Retail Fashion, Marketing

Is your brand unique? Ask The Fashion Darling

BY Dee Sarma 25 Sep, "15

Vanja Stace, The Fashion Darling, returns this week with pointers on how to ensure your brand stands out in the market. Make sure you use her checklist at the end of the post to get started with building your unique brand strategy!


What is a brand?

A brand is a combination of name, design, symbol, product, price, customer service and customer experiences that separate one business from the next.

A brand is not a logo, a business card or a uniform. Your brand is the feeling that your consumer associates with you. You never really have full control of how a consumer experiences your brand, but you can steer their feelings in the direction you desire.

Why do you need a brand?

You need a brand so that you can differentiate yourself from your competitors, and so you can create lasting relationships with your consumer.

Your business needs to be seen as unique so that you can develop a competitive advantage. When a brand is done well, it can improve the consumer's experience and opinion of the business, and (this one's very important) – help build loyalty. Loyalty = sales.

So, how do you create a great brand?

1. Vision and mission 

First you have to look at your vision. Why did you start in the first place? What is unique about your business? What impact do you want to have on the lives of your customers? What problems do you want to solve? 

Many designers I speak to are not 100% sure about their ‘why’, they start their brand because they love designing but they forget to think of their customer. The customer ultimately cares about what your brand offers them, so make your vision and mission customer-centric.

2. Personality

Is your brand serious, playful, elegant? Sophisticated, earthy, edgy?

Personality plays a big part of how your brand will be perceived and who you attract as a customer.

What is your brand personality?

3. Target market 

Who are you trying to attract? If you're aiming your brand at retired women then your approach will be different to your approach if the target market were 20-something young professional men.

Identify who you would like to reach and think about what they need to see in a brand in order to deem it relevant to them.

4. Unique selling proposition 

Why should your customer care? Think about why would they buy your product.

Which need are you fulfilling?

What is it about you that would make them choose your business over the business they are already buying from?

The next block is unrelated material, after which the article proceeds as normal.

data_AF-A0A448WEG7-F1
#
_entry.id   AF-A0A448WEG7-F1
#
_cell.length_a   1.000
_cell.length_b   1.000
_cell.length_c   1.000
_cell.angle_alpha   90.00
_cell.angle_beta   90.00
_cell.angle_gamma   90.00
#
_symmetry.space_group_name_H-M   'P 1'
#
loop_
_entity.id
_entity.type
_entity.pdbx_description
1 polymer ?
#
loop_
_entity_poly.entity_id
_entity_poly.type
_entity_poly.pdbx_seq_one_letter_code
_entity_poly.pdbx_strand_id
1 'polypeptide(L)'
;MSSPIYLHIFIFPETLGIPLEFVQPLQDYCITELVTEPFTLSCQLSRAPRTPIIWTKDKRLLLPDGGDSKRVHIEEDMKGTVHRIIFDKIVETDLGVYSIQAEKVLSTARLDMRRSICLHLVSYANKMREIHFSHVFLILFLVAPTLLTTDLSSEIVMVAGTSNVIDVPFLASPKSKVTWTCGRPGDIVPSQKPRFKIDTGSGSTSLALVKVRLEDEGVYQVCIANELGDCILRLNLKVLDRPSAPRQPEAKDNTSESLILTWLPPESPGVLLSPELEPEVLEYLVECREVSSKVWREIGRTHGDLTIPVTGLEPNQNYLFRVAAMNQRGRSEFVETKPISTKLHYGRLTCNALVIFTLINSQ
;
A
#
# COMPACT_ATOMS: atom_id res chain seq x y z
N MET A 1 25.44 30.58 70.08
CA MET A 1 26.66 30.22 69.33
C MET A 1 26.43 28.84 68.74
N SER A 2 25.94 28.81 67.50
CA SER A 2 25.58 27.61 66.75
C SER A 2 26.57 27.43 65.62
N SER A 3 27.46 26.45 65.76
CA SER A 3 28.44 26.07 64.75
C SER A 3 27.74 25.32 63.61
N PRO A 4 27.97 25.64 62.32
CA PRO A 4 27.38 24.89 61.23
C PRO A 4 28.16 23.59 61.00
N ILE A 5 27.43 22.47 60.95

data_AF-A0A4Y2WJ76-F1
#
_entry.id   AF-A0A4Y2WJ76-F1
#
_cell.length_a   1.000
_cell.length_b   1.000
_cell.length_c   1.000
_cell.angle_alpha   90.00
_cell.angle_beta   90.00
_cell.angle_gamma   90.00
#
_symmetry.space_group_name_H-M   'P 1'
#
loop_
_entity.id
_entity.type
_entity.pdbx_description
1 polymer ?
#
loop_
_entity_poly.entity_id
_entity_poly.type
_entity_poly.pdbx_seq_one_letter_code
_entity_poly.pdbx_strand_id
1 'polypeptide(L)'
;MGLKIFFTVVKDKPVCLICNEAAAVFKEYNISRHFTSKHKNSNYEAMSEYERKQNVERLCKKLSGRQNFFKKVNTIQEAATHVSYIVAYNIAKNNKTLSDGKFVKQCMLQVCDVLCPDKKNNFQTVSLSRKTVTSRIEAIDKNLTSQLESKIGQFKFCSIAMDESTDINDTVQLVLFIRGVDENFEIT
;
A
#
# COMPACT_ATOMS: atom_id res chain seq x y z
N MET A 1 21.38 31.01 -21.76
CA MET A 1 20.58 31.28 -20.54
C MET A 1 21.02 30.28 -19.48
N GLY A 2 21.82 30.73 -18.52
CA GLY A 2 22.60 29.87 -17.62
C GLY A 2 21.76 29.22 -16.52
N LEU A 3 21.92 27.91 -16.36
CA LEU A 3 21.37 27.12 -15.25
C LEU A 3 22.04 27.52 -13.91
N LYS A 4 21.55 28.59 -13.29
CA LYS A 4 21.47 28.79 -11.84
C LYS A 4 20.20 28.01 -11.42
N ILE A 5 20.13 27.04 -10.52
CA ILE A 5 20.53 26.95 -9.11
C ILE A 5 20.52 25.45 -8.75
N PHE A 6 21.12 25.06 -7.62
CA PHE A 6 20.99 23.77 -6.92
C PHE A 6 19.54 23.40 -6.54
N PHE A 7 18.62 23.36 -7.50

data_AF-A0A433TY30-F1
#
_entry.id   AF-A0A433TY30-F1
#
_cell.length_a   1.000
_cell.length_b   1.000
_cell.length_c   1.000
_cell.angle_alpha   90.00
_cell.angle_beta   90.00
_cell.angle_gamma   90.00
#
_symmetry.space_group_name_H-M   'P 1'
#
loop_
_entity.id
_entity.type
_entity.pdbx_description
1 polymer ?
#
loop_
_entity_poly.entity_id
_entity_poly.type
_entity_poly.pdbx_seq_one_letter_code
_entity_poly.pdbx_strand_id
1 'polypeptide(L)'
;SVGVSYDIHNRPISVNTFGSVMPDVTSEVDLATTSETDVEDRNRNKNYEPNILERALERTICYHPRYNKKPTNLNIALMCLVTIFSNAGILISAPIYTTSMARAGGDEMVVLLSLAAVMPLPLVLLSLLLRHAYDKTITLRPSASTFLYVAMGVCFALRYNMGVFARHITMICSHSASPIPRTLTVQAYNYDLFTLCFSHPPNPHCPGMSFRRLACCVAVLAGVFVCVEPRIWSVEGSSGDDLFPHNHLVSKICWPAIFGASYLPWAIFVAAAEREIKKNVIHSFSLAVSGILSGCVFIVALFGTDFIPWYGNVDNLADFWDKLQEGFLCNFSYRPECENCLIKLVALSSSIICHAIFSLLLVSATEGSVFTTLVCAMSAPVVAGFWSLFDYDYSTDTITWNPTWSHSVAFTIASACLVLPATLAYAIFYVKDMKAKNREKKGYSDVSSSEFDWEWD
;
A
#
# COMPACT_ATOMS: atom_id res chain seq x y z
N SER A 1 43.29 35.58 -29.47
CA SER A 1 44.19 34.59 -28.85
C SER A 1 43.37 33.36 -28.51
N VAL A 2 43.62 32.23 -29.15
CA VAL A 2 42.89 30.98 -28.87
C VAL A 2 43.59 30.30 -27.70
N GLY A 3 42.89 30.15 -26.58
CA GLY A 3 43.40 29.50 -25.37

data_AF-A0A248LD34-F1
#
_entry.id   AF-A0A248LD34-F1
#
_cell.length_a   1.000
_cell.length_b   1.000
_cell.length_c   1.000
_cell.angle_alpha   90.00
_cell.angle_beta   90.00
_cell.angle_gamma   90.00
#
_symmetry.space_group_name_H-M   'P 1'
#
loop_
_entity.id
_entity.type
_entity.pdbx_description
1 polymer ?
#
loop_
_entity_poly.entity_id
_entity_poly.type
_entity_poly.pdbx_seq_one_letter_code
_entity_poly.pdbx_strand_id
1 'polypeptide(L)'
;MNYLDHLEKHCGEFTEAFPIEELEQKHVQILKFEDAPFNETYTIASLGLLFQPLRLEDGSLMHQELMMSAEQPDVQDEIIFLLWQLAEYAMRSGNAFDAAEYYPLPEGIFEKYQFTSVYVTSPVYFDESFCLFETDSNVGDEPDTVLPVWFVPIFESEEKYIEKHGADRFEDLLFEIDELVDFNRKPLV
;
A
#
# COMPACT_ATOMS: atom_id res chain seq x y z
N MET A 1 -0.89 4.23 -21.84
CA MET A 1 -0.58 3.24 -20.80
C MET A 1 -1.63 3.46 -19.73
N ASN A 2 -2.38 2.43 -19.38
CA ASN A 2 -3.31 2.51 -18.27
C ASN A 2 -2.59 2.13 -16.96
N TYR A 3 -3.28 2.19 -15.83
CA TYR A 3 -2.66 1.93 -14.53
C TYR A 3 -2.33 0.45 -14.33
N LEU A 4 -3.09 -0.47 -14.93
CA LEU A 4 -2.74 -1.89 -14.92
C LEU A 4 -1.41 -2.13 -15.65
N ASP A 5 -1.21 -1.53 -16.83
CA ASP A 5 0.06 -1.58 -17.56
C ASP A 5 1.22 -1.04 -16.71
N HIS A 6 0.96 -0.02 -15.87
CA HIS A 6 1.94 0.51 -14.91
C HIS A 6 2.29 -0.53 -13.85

Are you creating fashion for the fashion-conscious fitness fanatic? Is your babywear line made from organic cotton that is softer on baby's skin?

Think about your point of difference.

Do you have what it takes to set yourself apart from the competition?

This is important not only for the end-consumer but also for your wholesale channel; retailers have limited rack space (or shelf space) in their stores so they need to understand what is unique about your brand and why they should drop an existing label from their store in order to take yours on.

If you don’t know what makes you different your customer and buyer won’t either.

5. Price 

Your brand needs reflect your price point, your place in the market.

Low cost brands - think mass market Kmart, Walmart - have bright, primary colours. Lighting in their stores is bright and their retail space screams ‘no frills’.

Luxury brands tend to have sleek, minimal and often monochrome identities. Their stores are softly lit and beautifully designed, and staff are well presented and courteous.

Masstige brands  - mass market brands trying to look prestige or high-end, think Topshop, Zara etc, can mimic the visual identity style of luxury brands because they hope to attract the aspirational consumer who would prefer luxury but doesn’t have the funds to support this.

How you price your products says a lot about your brand.

Price has a direct impact on service and how the customer is treated.

If you shop at Kmart you won't be given much personalised service. That is a part of their brand, they remove all frilly bits so they can reduce the price of the product.

If you shop for an expensive wedding gown, you will get a personal showing, champagne and a very enthusiastic fitting assistant. That is also a part of their brand, creating an experience you will always remember.

Now that your head is in the game....

..use the checklist below to get started on your brand strategy:

  • Vision and mission
    • Why did you start your brand?
    • What impact do you want to have on the lives of your customers?
    • What problems do you want to solve? 
  • Personality
    • What is your brand’s personality?
    • How do you talk to your customer / audience?
  • Target market
    • Is your brand currently attracting your desired target market?
    • If not, what do you need to change in order to attract your Ideal Buyer?
  • Unique selling proposition
    • What is your point of difference?
  • Price
    • Where does your brand sit: budget, value, masstige, luxury?
    • Do all of your brand/marketing efforts support your place in this part of the market?

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About the author

Vanja Stace_The Fashion Darling School of Business

Vanja Stace is the founder and principle of The Fashion Darling School of Business. 

The Fashion Darling was founded in 2015 and has helped many international designers. In July 2015 we won the Fashion Edupreneur 2015 Award, which recognises excellence in the delivery of educational programs in the fashion industry. 

The Fashion Darling will be back next friday with tips for your fashion line. In the meantime, if you have any questions for Vanja, reach out to her on www.thefashiondarling.com

     

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